• On the acting side- George Sanders- one of cinema’s great villains and gentleman cads has his archiveable debut with both Rebecca and Foreign Correspondent– thank you Hitchcock- what a discovery

 

best performance male:   Henry Fonda is the choice here.  He gives an all-time performance as Tom Joad. His delivery of the speech at the end will give you chills. If Fonda wasn’t so brilliant the choice could easily be Cary Grant who is wonderful in both The Philadelphia Story and His Girl Friday. Jimmy Stewart also has a pair of brilliant performances in top five films with The Shop Around the Corner and his Oscar win (which many believe was a make-up for not winning in 1939 with Mr. Smith Goes to Washington) for The Philadelphia Story. I have to give some love to the great Frank Morgan for his work in 1940 as well. He’s a character/supporting actor- best known for his roles in The Wizard of Oz (as the Wizard). He’s in four archiveable films in 1940: Boom Town, Broadway Melody of 1940, The Mortal Storm– and of course as his greatest role (sorry Wizard)- The Shop Around the Corner.

 

best performance female:  It is a breakthrough here in 1940 on the female acting side. It is the greatest single year for this category to add in cinema’s history. There may be more here than in years 1930-1938 combined which is exciting. Rosalind Russell is hard to argue against. He takes the male role of The Front Page, and along with Hawks, gets credit for successfully flipping it to a female part and battling toe to toe with Cary Grant in His Girl Friday. If it isn’t Bringing Up Baby– this is Katharine Hepburn’s greatest work here in 1940 in The Philadelphia Story. It may be Fonda’s film but Jane Darwell steals her scenes in The Grapes of Wrath. Joan Fontaine and Judith Anderson are sublime in Rebecca. Lastly, just below these five but still worthy of mention are Margaret Sullavan (The Shop Around the Corner) and Bette Davis (The Letter). As I said, an all-time ear for actresses.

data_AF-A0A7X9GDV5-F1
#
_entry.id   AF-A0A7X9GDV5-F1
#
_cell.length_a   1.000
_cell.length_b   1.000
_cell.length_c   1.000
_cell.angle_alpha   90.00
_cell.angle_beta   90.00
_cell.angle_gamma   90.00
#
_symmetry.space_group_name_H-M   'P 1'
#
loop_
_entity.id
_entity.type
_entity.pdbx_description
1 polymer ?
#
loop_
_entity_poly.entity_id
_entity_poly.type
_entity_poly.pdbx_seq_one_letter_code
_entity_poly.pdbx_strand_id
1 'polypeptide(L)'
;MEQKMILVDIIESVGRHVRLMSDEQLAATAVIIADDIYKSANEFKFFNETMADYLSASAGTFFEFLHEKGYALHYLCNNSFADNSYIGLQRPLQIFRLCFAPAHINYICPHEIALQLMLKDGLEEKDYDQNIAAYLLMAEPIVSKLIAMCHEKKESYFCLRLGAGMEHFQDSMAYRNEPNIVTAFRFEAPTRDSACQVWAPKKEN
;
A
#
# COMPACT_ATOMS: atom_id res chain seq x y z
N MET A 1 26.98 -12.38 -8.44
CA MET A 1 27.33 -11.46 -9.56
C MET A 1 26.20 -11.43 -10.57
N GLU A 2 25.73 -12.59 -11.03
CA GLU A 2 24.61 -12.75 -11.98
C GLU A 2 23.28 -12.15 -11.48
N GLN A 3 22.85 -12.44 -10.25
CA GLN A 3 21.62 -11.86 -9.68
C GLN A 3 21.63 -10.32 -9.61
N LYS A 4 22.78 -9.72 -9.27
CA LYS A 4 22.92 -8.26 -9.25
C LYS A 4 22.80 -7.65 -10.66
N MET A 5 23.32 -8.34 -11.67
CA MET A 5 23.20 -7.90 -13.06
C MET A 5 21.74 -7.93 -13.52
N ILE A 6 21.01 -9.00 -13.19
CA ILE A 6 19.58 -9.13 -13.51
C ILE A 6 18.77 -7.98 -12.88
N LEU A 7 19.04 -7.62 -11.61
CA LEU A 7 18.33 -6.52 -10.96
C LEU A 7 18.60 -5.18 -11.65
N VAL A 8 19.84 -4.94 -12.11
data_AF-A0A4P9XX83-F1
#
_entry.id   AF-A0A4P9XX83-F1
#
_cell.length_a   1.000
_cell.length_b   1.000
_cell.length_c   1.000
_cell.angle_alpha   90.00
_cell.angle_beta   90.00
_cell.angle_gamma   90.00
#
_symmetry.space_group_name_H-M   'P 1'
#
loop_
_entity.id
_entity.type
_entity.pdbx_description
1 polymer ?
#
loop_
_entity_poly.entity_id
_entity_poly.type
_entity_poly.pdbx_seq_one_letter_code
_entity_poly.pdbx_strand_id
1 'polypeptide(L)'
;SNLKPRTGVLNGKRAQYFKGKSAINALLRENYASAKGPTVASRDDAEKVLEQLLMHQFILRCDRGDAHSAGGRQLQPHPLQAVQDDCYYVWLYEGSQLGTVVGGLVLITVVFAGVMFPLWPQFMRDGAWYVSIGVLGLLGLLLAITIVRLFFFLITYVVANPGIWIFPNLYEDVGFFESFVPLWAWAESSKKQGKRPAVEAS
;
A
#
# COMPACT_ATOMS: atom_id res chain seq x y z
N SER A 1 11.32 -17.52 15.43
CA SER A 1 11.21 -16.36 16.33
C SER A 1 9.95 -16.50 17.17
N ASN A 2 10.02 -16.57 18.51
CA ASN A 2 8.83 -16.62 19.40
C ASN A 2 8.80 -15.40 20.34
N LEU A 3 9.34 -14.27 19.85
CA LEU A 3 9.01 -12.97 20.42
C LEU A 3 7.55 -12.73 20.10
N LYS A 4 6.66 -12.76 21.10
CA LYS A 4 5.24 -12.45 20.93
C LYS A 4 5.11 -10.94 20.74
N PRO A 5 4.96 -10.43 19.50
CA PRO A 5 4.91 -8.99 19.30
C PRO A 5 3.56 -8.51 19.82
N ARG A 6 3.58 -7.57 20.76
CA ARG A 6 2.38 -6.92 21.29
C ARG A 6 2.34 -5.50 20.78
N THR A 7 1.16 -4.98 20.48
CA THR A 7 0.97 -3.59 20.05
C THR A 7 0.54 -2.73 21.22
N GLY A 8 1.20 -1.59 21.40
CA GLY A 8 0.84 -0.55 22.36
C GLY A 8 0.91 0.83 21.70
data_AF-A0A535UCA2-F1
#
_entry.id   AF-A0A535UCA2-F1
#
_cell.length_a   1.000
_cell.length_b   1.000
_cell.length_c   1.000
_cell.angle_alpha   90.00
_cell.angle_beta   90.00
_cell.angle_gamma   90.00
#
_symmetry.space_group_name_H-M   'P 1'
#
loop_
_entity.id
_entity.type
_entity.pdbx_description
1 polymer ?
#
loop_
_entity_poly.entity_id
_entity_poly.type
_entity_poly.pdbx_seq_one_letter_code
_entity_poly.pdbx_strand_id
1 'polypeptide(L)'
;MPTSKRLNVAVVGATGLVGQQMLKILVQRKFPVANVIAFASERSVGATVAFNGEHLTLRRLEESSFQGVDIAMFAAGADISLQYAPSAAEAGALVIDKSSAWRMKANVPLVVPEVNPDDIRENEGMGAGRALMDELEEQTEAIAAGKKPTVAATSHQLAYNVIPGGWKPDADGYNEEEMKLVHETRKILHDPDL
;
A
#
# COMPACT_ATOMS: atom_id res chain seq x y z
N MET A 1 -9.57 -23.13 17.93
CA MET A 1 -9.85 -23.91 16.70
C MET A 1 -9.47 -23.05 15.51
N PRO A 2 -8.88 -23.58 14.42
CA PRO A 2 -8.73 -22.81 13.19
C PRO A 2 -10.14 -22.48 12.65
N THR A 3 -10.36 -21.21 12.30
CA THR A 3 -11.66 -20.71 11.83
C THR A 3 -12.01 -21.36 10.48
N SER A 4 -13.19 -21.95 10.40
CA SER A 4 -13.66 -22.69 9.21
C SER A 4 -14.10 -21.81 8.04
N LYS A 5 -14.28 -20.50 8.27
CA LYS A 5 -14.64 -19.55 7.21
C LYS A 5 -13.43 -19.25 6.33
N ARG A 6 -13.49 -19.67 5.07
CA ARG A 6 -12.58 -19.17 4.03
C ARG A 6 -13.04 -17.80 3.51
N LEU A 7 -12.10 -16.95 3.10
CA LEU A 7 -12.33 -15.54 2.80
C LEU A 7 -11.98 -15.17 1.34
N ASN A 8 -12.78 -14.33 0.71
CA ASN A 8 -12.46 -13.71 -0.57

Russell here of course from His Girl Friday– but also some nice character blocking from Hawks– not exactly Visconti or Kurosawa still very nicely done

one of the quiet (few) moments from The Philadelphia Story–it is a special film when it is essential viewing when talking about the careers of Cary Grant, Hepburn and Jimmy Stewart

a haunting dissolve edit in Hitch’s Rebecca

 

top 10

  1. The Grapes of Wrath
  2. Pinocchio
  3. His Girl Friday
  4. The Philadelphia Story
  5. The Shop Around the Corner
  6. Rebecca
  7. The Letter
  8. The Thief of Bagdad
  9. They Drive By Night
  10. The Great Dictator

 

Archives, Directors, and Grades

All This And Heaven Too- Litvak R
Boom Town- Conway R
Broadway Melody of 1940- Taurog R
Brother Orchid – Bacon R
Christmas in July- P. Sturges R
Dark Command- Walsh R
Fantasia HR
Foreign Correspondent- Hitchcock R
Gaslight- Dickinson R
His Girl Friday- Hawks MS/MP
I Love You Again-  Van Dyke R
Kitty Foyle- S. Wood R
My Favorite Wife- Kanin, Grant R
Night Train to Munich – C. Reed R/HR
Northwest Passage- Vidor R
Our Town- S. Wood R
Pinocchio- Sharpsteen MS/MP
Pride and Prejudice-  Leonard R
Rebecca- Hitchcock HR/MS
Remember the Night- Leisen R
Stranger On the Third Floor-  Ingster R
The Bank Dick- Cline R
The Grapes of Wrath- Ford MP
The Great Dictator- Chaplin HR
The Great McGinty- P. Sturges R
The Letter- Wyler HR/MS
The Long Voyage Home- Ford, Wayne R
The Mark of Zorro- Mamoulian R
The Mortal Storm- Borzage R
The Philadelphia Story- Cukor MS
The Sea Hawk- Curtiz HR
The Shop Around the Corner- Lubitsch MS
The Thief Of Bagdad- Powell HR
The Westerner-Wyler R
They Drive By Night- Walsh HR
Waterloo Bridge- LeRoy R

 

 

*MP is Masterpiece- top 1-3 quality of the year film

MS is Must-See- top 5-6 quality of the year film

HR is Highly Recommend- top 10 quality of the year film

R is Recommend- outside the top 10 of the year quality film but still in the archives